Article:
|Book Review 4-17
Sunday, September 18, 2005
By Denise Turney
I’m glad I bought this book. More than the short autobiography of Muhammad Ali’s daughter, Laila, Reach is a story about one woman’s determination to achieve her dreams and fulfill her destiny. At the start of the book, I was surprised to discover the challenges, many self-created, that Laila’s young life knew. She was a troubled teenager who found herself taking her confusion and painful emotions out on the one person closest to her - her mother. In that I found a familiar theme - troubled young girl reaches out to her mother for support while at the same time pointing her anger at that same mother. Reach allows readers to get an up-close view of Veronica Ali, Laila’s mother and the woman many Muhammad Ali fans thought destroyed one of Ali’s early marriages. Yet Reach is not Veronica or Muhammad’s story. It is truly Laila’s story. Readers hoping to learn more about Laila’s famous father’s personal life will not find that in Reach. It seems Laila made a specific point not to turn her autobiography into her famous father’s story. It is the way she pulls this off that causes the reader to respect her and draw nearer to her own personal story which she shares candidly.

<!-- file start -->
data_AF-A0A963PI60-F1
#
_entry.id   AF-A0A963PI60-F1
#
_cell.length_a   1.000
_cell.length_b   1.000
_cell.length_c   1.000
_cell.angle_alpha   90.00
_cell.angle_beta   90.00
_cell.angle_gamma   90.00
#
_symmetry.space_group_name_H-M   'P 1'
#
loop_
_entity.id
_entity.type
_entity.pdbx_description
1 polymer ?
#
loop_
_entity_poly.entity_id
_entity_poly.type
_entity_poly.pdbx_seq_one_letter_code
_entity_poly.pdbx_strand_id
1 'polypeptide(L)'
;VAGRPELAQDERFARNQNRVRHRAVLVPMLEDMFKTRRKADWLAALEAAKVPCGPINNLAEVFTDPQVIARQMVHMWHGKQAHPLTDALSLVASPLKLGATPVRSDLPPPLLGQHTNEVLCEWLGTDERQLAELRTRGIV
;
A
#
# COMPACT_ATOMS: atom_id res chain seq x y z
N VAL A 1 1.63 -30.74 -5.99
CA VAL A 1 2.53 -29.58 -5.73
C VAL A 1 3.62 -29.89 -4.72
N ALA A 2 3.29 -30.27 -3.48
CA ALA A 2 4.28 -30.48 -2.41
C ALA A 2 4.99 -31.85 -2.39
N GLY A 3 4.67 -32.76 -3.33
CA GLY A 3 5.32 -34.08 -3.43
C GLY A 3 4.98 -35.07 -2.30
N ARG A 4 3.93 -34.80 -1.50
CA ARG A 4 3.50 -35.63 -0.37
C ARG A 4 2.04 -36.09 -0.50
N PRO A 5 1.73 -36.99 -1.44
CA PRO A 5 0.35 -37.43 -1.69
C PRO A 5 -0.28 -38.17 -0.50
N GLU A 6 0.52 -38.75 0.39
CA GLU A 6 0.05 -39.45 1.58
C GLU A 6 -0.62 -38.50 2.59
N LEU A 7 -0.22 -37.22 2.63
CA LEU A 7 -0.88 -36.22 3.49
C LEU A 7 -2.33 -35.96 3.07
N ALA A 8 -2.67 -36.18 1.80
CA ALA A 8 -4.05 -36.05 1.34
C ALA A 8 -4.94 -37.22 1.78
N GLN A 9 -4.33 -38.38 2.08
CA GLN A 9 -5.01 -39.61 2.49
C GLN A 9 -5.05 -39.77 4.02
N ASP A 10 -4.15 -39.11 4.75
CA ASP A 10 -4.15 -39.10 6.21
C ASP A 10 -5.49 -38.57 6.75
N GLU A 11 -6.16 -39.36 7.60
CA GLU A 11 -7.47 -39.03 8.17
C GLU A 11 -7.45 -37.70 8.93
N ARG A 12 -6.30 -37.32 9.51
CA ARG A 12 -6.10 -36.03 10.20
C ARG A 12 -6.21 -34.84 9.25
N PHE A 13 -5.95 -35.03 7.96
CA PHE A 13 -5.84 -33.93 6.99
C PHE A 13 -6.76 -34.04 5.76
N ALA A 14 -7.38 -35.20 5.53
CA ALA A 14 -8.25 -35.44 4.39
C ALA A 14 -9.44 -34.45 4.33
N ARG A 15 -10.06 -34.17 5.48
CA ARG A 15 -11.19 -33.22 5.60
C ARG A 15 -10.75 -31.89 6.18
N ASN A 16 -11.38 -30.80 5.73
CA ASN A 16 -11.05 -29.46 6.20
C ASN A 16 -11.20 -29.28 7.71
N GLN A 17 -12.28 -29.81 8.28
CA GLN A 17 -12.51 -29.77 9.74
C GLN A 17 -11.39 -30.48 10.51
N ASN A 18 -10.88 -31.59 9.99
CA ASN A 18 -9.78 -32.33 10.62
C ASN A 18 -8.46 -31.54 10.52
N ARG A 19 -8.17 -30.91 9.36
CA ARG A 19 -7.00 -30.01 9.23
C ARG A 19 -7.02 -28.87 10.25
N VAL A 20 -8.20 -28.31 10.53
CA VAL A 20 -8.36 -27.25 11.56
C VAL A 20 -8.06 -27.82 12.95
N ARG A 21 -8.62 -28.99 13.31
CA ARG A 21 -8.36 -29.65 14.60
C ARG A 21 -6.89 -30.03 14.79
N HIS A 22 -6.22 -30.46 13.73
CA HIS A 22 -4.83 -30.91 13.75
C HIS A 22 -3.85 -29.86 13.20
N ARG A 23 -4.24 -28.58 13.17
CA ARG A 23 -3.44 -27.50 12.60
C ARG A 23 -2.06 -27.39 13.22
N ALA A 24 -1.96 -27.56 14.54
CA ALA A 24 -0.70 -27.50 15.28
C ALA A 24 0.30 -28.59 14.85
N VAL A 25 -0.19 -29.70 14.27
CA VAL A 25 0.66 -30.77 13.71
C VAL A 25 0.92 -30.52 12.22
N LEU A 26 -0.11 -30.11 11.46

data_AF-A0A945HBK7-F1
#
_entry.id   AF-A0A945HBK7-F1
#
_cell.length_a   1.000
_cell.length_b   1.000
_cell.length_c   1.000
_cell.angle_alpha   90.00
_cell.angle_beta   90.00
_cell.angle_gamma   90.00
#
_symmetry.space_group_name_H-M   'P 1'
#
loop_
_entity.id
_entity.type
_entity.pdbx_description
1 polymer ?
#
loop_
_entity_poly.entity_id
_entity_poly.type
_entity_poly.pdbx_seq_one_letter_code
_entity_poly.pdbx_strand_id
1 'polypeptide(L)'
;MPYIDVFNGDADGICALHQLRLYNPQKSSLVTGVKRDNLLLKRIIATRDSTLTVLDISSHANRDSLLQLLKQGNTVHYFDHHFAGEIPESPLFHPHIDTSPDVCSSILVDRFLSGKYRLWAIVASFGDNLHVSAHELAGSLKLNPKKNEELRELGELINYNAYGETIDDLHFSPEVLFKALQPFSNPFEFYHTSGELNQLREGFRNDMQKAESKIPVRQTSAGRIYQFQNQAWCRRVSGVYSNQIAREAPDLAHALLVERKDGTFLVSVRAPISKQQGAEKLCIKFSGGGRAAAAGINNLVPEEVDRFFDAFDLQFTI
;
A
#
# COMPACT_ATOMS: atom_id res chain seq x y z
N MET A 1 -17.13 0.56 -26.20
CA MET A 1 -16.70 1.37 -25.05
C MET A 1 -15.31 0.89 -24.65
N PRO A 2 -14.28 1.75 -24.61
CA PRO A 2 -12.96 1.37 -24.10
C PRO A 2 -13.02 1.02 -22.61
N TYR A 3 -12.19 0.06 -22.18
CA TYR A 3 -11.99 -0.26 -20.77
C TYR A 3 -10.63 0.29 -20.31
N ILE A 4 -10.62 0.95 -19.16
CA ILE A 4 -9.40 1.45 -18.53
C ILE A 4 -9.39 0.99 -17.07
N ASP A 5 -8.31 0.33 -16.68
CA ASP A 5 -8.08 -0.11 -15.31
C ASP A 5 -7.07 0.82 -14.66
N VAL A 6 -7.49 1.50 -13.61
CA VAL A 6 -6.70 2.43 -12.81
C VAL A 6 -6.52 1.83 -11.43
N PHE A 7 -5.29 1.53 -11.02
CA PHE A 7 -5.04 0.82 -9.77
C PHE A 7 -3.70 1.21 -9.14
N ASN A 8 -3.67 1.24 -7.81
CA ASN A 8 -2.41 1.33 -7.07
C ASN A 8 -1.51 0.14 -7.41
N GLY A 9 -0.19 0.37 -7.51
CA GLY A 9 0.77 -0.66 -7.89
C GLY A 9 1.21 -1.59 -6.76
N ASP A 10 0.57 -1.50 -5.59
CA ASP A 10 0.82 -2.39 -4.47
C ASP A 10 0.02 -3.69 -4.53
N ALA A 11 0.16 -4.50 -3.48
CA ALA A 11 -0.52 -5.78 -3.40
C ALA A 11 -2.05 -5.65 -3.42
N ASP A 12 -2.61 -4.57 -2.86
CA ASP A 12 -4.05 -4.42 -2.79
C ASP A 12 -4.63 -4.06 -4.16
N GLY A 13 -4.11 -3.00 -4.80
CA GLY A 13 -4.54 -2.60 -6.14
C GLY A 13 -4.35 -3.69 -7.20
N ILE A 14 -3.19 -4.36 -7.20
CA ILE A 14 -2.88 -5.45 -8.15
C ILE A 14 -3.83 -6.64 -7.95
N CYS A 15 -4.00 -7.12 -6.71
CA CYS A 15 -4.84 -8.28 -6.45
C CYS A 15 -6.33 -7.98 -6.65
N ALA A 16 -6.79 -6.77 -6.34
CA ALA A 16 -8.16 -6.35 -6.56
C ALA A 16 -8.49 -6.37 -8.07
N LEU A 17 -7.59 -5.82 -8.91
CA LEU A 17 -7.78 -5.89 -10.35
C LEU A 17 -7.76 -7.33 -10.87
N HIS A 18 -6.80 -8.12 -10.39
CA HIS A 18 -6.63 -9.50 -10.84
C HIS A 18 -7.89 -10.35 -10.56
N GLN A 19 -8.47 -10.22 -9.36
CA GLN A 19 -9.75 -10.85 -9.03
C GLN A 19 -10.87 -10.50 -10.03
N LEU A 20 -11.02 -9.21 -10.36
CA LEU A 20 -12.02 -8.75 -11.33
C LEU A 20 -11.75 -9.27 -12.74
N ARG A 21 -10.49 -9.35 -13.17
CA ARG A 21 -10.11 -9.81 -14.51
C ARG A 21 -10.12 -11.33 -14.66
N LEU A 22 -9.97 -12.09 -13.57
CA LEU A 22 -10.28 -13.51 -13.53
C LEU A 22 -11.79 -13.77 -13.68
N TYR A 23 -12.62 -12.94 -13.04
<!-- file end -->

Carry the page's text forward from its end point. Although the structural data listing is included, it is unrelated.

Laila’s style of writing resembles the way she handles herself while in the public eye. She is honest, cuts no corners, and shares intimate scenes from her own life with the reader as though she was speaking with a good friend. It is almost as though she trust the reader with these crucial bits of her own personal history.
Reach is one of the best autobiographies written by a woman yet so young that she has yet to live half her life. Her youth notwithstanding, Laila Ali has achieved a level of success few realize. Her journey to success was not without challenge. In Reach Laila reveals, with a becoming humility, the mistakes she made on her journey toward becoming a woman. Her street sense may surprise some. Each chapter is sculpted as if it was a round of boxing. Hence, the book consists of 15 chapters. Many of the life experiences Laila shares are being faced by many young people today, others are unique to Laila’s background and personal circumstances. Readers may be surprised to find that although born with a silver spoon in her mouth, Laila never felt comfortable with the trappings of celebrity. She struck out on her own at a young age and came to know a deep independence well before her eighteenth birthday. Not one to rest on her father’s accomplishments, she set off to chart her own course.
Reach chronicles that journey thus far. Parents, teachers and young readers will find valuable lessons in Reach. Through the book Laila hopes to reach young girls and help them avoid hard choices she herself did not. The open and candid style Laila approaches the story with makes that possible and the book itself a valued read.